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Background. β-carotene is one of the few carotenoids that can be endogenously converted to vitamin A, a nutrient essential for inner ear development. While previous studies have identified a protective effect of carotenoids on hearing in adults, the impact of β-carotene on hearing outcomes in neonates is not well understood. The purpose of this study is to investigate the relationship between maternal β-carotene intake, maternal plasma, and umbilical cord plasma β-carotene levels and abnormal Newborn Hearing Screen (NHS) results.

Significance of Problem. The prenatal period is critical for auditory development; thus, effectors of auditory development may significantly impact long-term hearing ability. Because maternal nutrition is modifiable, an improved understanding of the relationship between β-carotene levels and hearing outcomes may be relevant for prenatal care recommendations.

Hypothesis. We hypothesize that higher levels of β-carotene will be associated with decreased risk of abnormal NHS results.

Experimental Design. An IRB-approved study enrolled mother-infant pairs (n=541) at the time of delivery. β-carotene plasma levels were analyzed with HPLC. Maternal intake of β-carotene over the past year was quantified using the validated Harvard Food Frequency Questionnaire. NHS results were obtained from the Electronic Medical Record. Statistical analysis was done using the Mann-Whitney U and logistic regression tests, with p<0.05 considered statistically significant.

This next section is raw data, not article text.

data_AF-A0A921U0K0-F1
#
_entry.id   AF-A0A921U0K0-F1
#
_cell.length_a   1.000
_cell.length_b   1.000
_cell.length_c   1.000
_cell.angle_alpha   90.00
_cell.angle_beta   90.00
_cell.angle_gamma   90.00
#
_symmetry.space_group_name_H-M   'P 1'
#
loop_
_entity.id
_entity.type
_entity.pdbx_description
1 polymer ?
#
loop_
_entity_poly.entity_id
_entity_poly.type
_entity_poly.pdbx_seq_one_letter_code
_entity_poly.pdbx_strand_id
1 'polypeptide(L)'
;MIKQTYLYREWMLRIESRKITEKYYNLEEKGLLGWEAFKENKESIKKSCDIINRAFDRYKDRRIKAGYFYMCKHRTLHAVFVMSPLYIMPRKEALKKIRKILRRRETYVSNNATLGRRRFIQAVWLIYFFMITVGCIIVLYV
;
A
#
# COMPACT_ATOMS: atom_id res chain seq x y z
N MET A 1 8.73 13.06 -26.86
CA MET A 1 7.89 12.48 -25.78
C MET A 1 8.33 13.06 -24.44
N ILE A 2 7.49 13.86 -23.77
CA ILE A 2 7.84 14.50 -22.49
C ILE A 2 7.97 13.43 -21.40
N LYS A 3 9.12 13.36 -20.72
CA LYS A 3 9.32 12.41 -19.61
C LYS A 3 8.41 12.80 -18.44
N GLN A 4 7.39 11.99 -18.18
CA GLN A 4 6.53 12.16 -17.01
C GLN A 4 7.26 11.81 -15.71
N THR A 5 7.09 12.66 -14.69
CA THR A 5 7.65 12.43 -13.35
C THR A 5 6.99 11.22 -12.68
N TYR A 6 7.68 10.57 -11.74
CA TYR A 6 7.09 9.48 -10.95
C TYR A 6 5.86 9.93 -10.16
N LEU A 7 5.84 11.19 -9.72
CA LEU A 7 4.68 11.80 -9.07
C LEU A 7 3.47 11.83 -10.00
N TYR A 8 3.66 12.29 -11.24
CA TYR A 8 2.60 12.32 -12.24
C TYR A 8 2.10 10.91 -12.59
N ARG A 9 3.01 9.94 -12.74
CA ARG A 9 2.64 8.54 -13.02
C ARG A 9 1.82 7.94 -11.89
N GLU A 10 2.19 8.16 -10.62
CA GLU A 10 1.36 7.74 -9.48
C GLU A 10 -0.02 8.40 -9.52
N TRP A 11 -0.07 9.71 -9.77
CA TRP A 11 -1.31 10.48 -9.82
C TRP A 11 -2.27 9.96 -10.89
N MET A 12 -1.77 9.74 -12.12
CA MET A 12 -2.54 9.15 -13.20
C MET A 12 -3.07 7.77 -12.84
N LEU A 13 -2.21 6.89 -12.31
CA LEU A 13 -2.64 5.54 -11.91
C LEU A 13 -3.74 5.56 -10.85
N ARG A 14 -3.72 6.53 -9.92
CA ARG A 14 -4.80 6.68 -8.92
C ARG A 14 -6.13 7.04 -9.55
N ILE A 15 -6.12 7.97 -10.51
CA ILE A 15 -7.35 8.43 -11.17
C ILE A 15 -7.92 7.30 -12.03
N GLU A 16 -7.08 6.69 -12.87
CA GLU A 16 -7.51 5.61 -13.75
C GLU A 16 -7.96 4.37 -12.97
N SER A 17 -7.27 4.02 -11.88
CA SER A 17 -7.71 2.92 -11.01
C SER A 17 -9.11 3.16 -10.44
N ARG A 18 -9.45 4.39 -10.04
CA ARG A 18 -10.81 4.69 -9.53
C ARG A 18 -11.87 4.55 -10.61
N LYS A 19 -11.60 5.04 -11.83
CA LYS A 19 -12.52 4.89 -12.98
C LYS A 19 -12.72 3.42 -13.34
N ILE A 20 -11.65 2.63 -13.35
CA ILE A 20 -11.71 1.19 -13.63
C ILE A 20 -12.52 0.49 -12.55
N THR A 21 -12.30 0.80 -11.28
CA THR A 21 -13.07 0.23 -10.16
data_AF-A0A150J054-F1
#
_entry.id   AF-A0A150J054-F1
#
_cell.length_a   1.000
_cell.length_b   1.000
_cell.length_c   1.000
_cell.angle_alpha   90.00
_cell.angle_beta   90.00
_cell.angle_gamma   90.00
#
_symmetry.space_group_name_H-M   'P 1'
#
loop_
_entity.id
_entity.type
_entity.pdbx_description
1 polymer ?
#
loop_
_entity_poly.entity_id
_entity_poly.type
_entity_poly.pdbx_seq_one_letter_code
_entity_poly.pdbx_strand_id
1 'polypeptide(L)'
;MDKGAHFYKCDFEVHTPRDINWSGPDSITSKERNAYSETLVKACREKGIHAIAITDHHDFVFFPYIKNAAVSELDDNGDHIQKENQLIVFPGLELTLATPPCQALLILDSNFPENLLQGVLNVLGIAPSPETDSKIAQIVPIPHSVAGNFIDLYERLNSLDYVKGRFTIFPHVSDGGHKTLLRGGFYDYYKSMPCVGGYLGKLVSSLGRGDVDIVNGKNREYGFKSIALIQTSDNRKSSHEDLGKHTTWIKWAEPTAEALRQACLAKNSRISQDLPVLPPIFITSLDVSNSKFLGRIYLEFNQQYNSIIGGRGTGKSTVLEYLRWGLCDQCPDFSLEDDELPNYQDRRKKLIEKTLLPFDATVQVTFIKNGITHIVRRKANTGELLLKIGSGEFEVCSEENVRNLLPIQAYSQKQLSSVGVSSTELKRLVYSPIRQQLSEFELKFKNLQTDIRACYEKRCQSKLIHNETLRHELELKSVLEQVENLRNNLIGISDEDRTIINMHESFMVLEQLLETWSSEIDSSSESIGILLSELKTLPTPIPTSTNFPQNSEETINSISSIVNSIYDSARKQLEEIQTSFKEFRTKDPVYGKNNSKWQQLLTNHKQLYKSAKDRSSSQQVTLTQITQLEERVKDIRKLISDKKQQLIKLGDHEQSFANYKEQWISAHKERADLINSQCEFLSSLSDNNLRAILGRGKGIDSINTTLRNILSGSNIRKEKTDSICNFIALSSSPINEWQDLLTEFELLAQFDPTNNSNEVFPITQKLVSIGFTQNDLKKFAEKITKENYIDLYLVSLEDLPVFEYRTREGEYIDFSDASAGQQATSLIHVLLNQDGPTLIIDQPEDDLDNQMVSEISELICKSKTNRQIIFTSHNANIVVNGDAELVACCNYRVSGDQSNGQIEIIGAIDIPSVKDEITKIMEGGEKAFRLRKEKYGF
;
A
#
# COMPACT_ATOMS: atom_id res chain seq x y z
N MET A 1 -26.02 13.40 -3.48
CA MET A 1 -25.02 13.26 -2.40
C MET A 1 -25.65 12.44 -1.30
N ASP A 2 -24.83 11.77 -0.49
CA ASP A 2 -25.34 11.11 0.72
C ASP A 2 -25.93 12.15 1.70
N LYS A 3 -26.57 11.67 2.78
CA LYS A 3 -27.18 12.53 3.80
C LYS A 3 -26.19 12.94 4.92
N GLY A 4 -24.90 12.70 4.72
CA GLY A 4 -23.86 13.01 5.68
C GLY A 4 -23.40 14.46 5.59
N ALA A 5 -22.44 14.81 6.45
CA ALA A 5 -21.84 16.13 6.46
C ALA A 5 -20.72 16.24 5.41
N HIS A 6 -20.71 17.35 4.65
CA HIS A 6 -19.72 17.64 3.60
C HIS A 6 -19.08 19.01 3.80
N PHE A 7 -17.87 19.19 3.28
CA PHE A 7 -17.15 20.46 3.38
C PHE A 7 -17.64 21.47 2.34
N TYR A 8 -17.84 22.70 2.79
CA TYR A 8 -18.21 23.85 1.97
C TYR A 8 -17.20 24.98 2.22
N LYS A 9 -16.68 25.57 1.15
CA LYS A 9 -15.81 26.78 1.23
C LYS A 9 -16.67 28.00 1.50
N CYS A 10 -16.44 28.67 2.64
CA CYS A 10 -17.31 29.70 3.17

Results. Of the 541 participants, 8.5% of infants had abnormal NHS results. Higher median maternal β-carotene intake was observed in infants who failed their NHS compared to those who passed (5924 vs. 4722 mcg/day, p=0.019). Higher median maternal plasma levels of both trans- (206 vs. 149 mcg/L, p=0.021) and cis-β-carotene (15.9 vs. 11.2 mcg/L, p=0.015) were observed in infants who failed their NHS. Higher median cord plasma trans β-carotene was observed in infants who failed their NHS (15.5 vs. 8.0 mcg/L, p=0.04). Associations between failed NHS and log-transformed β-carotene intake and serum levels remained in a logistic regression model after adjustment for NICU admission, race/ethnicity, smoking status, maternal age, corrected gestational age, infant sex, and log transformed maternal caloric intake.

Conclusion. The observed relationship between higher β-carotene levels and abnormal NHS was unexpected. While other studies suggest both deficient and excessive levels of vitamin A can impact inner ear development, β-carotene levels in our study were not exceptionally high. One possible explanation is that higher maternal β-carotene levels may be indicative of impaired transfer of β-carotene to the fetus. Further study is warranted to better understand the relationship between β-carotene and NHS results.

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Maternal and Cord β-Carotene levels and Their Association with Newborn Hearing Screen Results